The same goes for CCAs, but only if your CCA offers a renewable energy option. Remember, this isn't a guarantee! While many communities use CCAs to procure green electricity for their residents, some rely on electricity from non-renewable resources. Additionally, many CCAs offer different environmental attributes and ask customers to opt into (and pay more for) 100% renewable energy plans.
It gets more complicated with community solar. It's natural to assume that when you purchase energy from a community solar farm, you can claim that green electricity. In most cases, this isn't true. While your subscription generally supports local renewable energy development, the project owner typically retains the rights to keep or sell the RECs. Unless your community solar contract states explicitly that you have ownership rights of RECs from the project, it's safe to say you can't claim to be using clean energy through your subscription.
At EnergySage, we're on board with any power option supporting the environment and further decarbonizing our electricity, but we're especially excited about community solar. Here's why:
Community solar is accessible
Geographic limitations, lack of suitable financing options, upfront costs, price premiums, and property ownership requirements are a few barriers that hinder the accessibility of traditional rooftop solar. Community solar removes a lot of these barriers, offering a low-commitment way to support the environment:
Renters and homeowners alike can become community solar subscribers.
You can join a local community solar program without paying anything upfront.
You don't need to install any equipment, deal with any maintenance, or go through any change in electrical service to participate.
Community solar is an easy way to save on electric bills
Many green power plans charge a premium from a retail energy provider (REP), your utility company, or a community choice aggregation. On the other hand, you typically pay less for electricity through community solar. Most community solar companies also allow you to cancel penalty-free.
Community solar is local
Given your local utility's role in community solar programs, you can typically only subscribe to projects in your electricity service territory. While this sometimes means limited options, it also means that any solar farm you buy energy from creates local jobs and a cleaner natural environment!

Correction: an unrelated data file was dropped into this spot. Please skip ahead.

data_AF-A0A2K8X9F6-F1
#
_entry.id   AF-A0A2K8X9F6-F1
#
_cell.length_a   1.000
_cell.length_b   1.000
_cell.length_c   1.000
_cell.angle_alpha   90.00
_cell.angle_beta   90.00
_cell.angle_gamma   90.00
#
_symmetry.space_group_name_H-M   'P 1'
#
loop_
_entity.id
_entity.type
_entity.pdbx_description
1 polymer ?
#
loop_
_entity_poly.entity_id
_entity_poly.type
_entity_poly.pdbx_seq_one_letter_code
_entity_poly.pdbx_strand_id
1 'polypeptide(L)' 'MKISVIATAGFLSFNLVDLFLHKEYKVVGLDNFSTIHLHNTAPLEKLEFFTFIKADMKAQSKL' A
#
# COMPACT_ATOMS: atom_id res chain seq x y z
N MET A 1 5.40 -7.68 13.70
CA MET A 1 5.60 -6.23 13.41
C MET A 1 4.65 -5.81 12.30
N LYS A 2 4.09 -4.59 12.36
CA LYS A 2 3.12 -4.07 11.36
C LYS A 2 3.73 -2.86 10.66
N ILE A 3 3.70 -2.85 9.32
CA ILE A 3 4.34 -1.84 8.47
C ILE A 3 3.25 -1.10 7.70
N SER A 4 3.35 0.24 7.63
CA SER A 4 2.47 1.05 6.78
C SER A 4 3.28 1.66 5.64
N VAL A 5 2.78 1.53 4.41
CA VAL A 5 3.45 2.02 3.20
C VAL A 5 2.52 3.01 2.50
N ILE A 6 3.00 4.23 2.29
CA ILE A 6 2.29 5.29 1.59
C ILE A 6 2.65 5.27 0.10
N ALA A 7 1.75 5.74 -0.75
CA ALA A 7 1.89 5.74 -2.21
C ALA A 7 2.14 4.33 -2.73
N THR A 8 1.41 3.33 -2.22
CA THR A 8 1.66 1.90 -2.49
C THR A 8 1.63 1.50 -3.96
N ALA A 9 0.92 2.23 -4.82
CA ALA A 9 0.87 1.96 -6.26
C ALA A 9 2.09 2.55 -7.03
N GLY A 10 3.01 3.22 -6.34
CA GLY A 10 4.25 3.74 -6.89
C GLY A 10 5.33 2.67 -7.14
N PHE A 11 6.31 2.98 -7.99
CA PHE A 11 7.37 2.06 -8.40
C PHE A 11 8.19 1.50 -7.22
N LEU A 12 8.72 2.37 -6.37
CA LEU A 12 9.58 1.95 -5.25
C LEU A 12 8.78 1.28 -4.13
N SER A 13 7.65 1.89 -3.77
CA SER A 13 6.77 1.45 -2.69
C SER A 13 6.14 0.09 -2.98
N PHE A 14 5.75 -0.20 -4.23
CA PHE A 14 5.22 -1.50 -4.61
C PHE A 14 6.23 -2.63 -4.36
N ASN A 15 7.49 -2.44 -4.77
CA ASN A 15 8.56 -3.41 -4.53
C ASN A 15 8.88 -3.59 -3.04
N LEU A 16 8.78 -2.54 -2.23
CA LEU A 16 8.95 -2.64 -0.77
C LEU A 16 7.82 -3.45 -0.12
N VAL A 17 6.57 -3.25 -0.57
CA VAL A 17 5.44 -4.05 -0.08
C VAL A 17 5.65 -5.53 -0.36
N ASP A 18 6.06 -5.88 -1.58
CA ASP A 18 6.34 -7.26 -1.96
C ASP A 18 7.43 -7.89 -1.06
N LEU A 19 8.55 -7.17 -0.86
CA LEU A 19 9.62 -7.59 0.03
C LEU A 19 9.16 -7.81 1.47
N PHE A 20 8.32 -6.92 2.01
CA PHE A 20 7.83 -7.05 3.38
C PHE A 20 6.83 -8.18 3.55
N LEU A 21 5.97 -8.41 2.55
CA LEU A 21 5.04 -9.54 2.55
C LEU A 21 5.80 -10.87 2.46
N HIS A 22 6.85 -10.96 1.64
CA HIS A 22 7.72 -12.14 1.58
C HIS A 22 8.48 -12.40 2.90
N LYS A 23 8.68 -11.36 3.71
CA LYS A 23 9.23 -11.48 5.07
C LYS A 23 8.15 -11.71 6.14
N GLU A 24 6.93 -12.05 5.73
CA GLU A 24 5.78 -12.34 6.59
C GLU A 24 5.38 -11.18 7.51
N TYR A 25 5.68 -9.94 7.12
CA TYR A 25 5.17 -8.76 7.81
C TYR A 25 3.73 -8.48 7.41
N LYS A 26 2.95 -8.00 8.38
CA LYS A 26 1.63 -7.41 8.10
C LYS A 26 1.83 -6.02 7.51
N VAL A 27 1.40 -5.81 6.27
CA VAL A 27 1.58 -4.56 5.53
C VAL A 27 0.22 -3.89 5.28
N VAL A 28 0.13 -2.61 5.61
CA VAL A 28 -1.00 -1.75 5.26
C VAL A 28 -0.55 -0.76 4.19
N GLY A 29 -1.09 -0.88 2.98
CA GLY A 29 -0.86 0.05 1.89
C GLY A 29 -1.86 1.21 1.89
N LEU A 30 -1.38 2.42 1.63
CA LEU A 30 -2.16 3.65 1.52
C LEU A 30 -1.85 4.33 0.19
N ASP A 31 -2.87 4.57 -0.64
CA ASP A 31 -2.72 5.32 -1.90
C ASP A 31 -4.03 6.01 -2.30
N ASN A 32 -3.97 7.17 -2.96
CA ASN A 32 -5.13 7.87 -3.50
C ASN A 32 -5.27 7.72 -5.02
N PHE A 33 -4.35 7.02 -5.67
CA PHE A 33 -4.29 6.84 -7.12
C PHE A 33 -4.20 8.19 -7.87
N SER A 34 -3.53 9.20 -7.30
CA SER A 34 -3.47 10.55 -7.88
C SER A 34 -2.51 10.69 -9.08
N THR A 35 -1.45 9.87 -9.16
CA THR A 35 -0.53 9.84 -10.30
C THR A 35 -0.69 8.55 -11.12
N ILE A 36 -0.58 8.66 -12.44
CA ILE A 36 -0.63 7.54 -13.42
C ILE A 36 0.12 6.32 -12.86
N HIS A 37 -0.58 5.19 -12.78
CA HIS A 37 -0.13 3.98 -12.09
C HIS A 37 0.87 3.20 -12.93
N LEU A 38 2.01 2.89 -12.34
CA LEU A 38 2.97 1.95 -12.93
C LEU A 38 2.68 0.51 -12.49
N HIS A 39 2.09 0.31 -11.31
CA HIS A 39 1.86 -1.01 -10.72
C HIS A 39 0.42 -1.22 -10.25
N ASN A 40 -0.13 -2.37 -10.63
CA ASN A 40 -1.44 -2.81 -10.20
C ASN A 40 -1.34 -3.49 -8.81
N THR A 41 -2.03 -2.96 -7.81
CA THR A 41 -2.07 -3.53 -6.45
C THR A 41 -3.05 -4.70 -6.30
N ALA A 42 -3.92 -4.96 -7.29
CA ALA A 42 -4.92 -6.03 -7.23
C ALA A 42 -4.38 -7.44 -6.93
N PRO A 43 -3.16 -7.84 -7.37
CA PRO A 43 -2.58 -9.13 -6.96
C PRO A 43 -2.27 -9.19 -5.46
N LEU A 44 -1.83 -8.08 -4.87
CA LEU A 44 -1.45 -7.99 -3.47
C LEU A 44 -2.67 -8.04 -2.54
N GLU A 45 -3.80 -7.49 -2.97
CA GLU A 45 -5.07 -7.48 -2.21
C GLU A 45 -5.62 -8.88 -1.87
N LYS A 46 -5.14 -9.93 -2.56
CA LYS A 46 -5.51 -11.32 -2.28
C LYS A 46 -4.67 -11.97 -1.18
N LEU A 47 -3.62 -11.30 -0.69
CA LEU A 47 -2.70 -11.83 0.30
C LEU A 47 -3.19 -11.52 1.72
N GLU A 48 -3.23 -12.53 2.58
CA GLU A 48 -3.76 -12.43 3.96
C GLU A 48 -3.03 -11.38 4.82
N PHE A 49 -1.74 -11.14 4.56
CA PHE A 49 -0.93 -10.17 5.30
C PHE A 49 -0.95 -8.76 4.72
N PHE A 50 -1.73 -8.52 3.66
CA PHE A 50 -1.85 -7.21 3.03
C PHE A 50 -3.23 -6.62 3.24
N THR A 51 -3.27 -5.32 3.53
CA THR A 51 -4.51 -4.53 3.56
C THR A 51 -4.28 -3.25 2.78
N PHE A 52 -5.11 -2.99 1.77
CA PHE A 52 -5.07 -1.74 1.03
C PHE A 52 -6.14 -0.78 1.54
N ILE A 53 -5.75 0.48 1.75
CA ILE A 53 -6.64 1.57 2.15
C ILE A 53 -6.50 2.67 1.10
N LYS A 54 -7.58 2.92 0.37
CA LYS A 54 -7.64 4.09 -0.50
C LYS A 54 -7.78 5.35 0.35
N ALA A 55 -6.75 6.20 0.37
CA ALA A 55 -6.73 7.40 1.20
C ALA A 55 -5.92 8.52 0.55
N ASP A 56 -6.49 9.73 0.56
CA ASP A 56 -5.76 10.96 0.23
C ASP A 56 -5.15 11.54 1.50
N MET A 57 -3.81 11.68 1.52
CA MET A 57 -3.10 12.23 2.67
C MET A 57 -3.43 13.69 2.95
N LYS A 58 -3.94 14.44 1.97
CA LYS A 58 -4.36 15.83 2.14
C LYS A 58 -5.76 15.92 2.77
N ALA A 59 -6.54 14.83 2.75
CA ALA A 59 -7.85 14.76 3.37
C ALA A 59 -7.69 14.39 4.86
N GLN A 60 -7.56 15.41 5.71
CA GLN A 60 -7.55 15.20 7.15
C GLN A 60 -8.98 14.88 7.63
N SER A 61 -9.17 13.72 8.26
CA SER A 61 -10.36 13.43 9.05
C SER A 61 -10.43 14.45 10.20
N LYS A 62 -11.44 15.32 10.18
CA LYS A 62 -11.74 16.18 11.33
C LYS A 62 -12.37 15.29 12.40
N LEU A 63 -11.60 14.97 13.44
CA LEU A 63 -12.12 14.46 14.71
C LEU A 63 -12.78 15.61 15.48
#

Community solar encourages additive renewable energy
When you buy green power, you're most often buying RECs from projects already built. While you can claim to run your home on clean energy, your purchase does not directly increase the amount of renewable energy generation in our country or encourage the development of new renewable energy facilities.
When you sign up for a community solar project, there's a good chance it still needs to be built. Your subscription provides community solar companies' buy-in to fund these projects. In other words, your investment encourages additive renewable energy generation, helping to create a cleaner, more stable electric grid.
Yes! Regardless of whether or not you live in a deregulated electricity market, you can voluntarily buy unbundled RECs separate from an electricity purchase. Read more about what to consider before buying RECs in our article about the benefits of renewable energy credits.
Frequently asked questions
Is community solar a good deal?
Since community solar is usually free to sign up for, it's generally a good deal if available in your area. Community solar discount rates vary based on where you live and your community solar provider. Still, on average, you can get a discount between 5-20% with community solar as a bill credit.
Is CCA electricity more expensive than other options?
It depends on your CCA and location. Sometimes there are partially renewable options or 100% renewable. Regardless of the exact cost, it can sometimes still be cheaper than your utility company's traditional electricity. You'll have to research options in your area.
Which is better: CCAs or rooftop solar?
While solar panels cost more, they can help you save much more on your electricity bill and help you reduce your carbon footprint substantially. If you don't own your home or live in a multi-family building, you may be unable to install solar panels. Options like community solar or CCAs may be the way to go. Both CCAs and rooftop solar systems have environmental benefits. Learn more about each option.
How can I maximize electricity savings if no community solar projects exist near me?
Comparing electricity plans is one of the easiest ways to lower your electric bill. WattBuy, an energy marketplace and one of EnergySage's partners, allows you to do just that! If you live in one of the states listed below, you could save up to 40% on your electric bills by switching to WattBuy:
Community solar is expanding rapidly, and each project is unique. Understanding your options in such a fast-paced and ever-evolving industry can be challenging, but EnergySage takes the guesswork out of community solar. The EnergySage Community Solar Marketplace is a free online service designed to empower you to go solar with confidence. Explore and compare community solar farms in your area and connect with an expert Energy Advisor today!